(i) a second polarizing element removably mounted on said attachment between said sources of illumination and the field to camera, said second polarr be photographed by said 'zing element having an opening therethrough in the vicinity of the point where it is intersected by said optical axis, the axes of extinction of said first and'second polarizing elements being substantially perpendicular, whereby the specular component of light emitted by said sources of illumination and reflected to said lens system is polarized stantially e by said second polarizing element and subliminated by said first polarizing element.

References Cited by the Examiner UNITED STATES PATENTS Zimmer 95--1l.5 X Land 88-65 Wiggin 95-18 Cobb 95-1l Palmer 95-ll Back 95-11 Bucky 9S--ll.5 Schulte 240--l.3

NORTON ANSHER, Primary Examiner. JOHN M. HORAN, Examiner.

Patent Citations
Cited PatentFiling datePublication dateApplicantTitle
US2006007 *Apr 12, 1933Jun 25, 1935Josef ZimmerCamera for taking instantaneous color photographs
US2018963 *Mar 13, 1934Oct 29, 1935Sheet Polarizer Company IncPhotographic apparatus and method of photography
US2076419 *Mar 20, 1935Apr 6, 1937Camerascopic Lens IncStereoscopic or depth lens for cameras
US2537303 *Dec 22, 1945Jan 9, 1951Childrens Hosp Medical CenterSterilizable camera casing and focusing means for surgical photography
US2584912 *Aug 6, 1947Feb 5, 1952Palmer William James GrahamCamera
US2590916 *Aug 10, 1950Apr 1, 1952Frank G BackOptical focusing and illuminating device for photographic cameras and the like
US2638039 *Feb 4, 1952May 12, 1953Gustav BuckyAutomatic photographic unit having synchronized shutter and light source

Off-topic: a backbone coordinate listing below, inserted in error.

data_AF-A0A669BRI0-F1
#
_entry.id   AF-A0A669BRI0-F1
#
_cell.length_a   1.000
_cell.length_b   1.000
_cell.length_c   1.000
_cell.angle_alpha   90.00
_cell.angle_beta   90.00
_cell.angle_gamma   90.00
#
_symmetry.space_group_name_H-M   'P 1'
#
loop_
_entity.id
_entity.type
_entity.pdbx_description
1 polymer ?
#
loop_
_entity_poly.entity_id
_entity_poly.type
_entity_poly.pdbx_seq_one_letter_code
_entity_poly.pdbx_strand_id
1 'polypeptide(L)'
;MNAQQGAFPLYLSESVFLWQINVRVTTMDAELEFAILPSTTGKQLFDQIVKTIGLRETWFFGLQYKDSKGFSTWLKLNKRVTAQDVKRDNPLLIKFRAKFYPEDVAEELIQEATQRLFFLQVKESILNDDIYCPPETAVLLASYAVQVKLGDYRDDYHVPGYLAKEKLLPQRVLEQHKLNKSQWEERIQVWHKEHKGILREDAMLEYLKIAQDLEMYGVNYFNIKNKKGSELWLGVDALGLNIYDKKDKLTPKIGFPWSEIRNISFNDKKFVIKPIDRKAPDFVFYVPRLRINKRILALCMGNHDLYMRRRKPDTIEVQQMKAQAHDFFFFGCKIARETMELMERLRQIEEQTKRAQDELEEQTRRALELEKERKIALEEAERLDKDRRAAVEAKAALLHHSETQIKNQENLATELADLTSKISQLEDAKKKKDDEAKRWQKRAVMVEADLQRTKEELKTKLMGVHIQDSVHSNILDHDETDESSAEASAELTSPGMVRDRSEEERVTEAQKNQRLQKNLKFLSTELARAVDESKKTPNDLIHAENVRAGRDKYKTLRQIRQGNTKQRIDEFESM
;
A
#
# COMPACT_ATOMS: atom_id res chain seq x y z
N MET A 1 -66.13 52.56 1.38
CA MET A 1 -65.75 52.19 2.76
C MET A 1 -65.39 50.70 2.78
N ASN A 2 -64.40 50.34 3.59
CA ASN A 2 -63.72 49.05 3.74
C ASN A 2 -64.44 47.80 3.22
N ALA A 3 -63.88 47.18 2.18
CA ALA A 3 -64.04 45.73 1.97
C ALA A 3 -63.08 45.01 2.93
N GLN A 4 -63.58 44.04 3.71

US2760048 *Mar 11, 1953Aug 21, 1956Clifford L SchulteShadowless photographic light
Referenced by
Citing PatentFiling datePublication dateApplicantTitle
US3472140 *Dec 12, 1966Oct 14, 1969NasaImage magnification adapter for cameras
US4046140 *Dec 11, 1975Sep 6, 1977Born Grant RCervix photographic method
US4264167 *Feb 4, 1980Apr 28, 1981Polaroid CorporationAdapter for coupling a camera with a viewing device
US4519684 *Sep 13, 1983May 28, 1985Francis Jr Ralph MPhoto flash lamp
US4855770 *Sep 9, 1988Aug 8, 1989Polaroid CorporationVehicle identification camera
US5475460 *Mar 30, 1994Dec 12, 1995Eastman Kodak CompanyPhotographic play set having improved lighting
US6130992 *Jul 26, 1999Oct 10, 2000Hamlin; WalterSelf portrait camera
US7352387 *Apr 5, 2002Apr 1, 2008Scaler CorporationCamera with positioning device used to capture magnified and demagnified images
US20030107668 *Apr 5, 2002Jun 12, 2003Masao YamamotoCamera and unit for camera
U.S. Classification396/199, 396/182, 396/544, 396/71, 396/200, 362/8, 362/17, 396/89, 359/488.1
International ClassificationG03B15/03, G03B3/00, G03B17/12
Cooperative ClassificationG03B15/03, G03B3/00, G03B17/12
European ClassificationG03B3/00, G03B15/03, G03B17/12